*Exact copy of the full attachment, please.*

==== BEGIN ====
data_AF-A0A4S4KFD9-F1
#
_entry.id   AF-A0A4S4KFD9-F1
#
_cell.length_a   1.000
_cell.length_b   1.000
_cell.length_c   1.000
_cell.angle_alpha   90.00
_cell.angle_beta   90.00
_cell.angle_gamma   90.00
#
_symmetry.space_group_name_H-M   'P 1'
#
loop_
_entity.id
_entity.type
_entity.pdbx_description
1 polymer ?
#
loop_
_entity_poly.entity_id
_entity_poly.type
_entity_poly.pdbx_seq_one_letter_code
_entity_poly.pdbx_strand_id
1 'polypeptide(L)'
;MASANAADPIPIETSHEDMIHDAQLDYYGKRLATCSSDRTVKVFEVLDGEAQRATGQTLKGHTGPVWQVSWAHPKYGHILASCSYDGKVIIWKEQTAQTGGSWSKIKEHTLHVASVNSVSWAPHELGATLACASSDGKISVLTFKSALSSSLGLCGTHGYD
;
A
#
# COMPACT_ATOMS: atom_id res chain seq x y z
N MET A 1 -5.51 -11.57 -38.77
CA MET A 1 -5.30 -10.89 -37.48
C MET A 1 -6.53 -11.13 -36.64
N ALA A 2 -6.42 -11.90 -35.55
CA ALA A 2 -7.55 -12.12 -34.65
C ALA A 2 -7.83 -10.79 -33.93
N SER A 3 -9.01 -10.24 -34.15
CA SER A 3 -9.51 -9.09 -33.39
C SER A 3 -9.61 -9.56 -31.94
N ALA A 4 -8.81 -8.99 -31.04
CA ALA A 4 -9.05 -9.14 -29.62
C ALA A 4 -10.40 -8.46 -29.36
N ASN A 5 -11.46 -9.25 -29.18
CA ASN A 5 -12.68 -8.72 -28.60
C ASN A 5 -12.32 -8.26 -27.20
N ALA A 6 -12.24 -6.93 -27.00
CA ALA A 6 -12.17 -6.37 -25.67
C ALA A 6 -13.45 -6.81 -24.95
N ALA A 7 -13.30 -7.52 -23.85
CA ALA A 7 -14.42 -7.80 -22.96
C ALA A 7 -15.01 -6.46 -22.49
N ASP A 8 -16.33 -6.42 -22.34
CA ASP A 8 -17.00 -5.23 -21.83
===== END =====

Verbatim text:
data_AF-A0A4S4KFD9-F1
#
_entry.id   AF-A0A4S4KFD9-F1
#
_cell.length_a   1.000
_cell.length_b   1.000
_cell.length_c   1.000
_cell.angle_alpha   90.00
_cell.angle_beta   90.00
_cell.angle_gamma   90.00
#
_symmetry.space_group_name_H-M   'P 1'
#
loop_
_entity.id
_entity.type
_entity.pdbx_description
1 polymer ?
#
loop_
_entity_poly.entity_id
_entity_poly.type
_entity_poly.pdbx_seq_one_letter_code
_entity_poly.pdbx_strand_id
1 'polypeptide(L)'
;MASANAADPIPIETSHEDMIHDAQLDYYGKRLATCSSDRTVKVFEVLDGEAQRATGQTLKGHTGPVWQVSWAHPKYGHILASCSYDGKVIIWKEQTAQTGGSWSKIKEHTLHVASVNSVSWAPHELGATLACASSDGKISVLTFKSALSSSLGLCGTHGYD
;
A
#
# COMPACT_ATOMS: atom_id res chain seq x y z
N MET A 1 -5.51 -11.57 -38.77
CA MET A 1 -5.30 -10.89 -37.48
C MET A 1 -6.53 -11.13 -36.64
N ALA A 2 -6.42 -11.90 -35.55
CA ALA A 2 -7.55 -12.12 -34.65
C ALA A 2 -7.83 -10.79 -33.93
N SER A 3 -9.01 -10.24 -34.15
CA SER A 3 -9.51 -9.09 -33.39
C SER A 3 -9.61 -9.56 -31.94
N ALA A 4 -8.81 -8.99 -31.04
CA ALA A 4 -9.05 -9.14 -29.62
C ALA A 4 -10.40 -8.46 -29.36
N ASN A 5 -11.46 -9.25 -29.18
CA ASN A 5 -12.68 -8.72 -28.60
C ASN A 5 -12.32 -8.26 -27.20
N ALA A 6 -12.24 -6.93 -27.00
CA ALA A 6 -12.17 -6.37 -25.67
C ALA A 6 -13.45 -6.81 -24.95
N ALA A 7 -13.30 -7.52 -23.85
CA ALA A 7 -14.42 -7.80 -22.96
C ALA A 7 -15.01 -6.46 -22.49
N ASP A 8 -16.33 -6.42 -22.34
CA ASP A 8 -17.00 -5.23 -21.83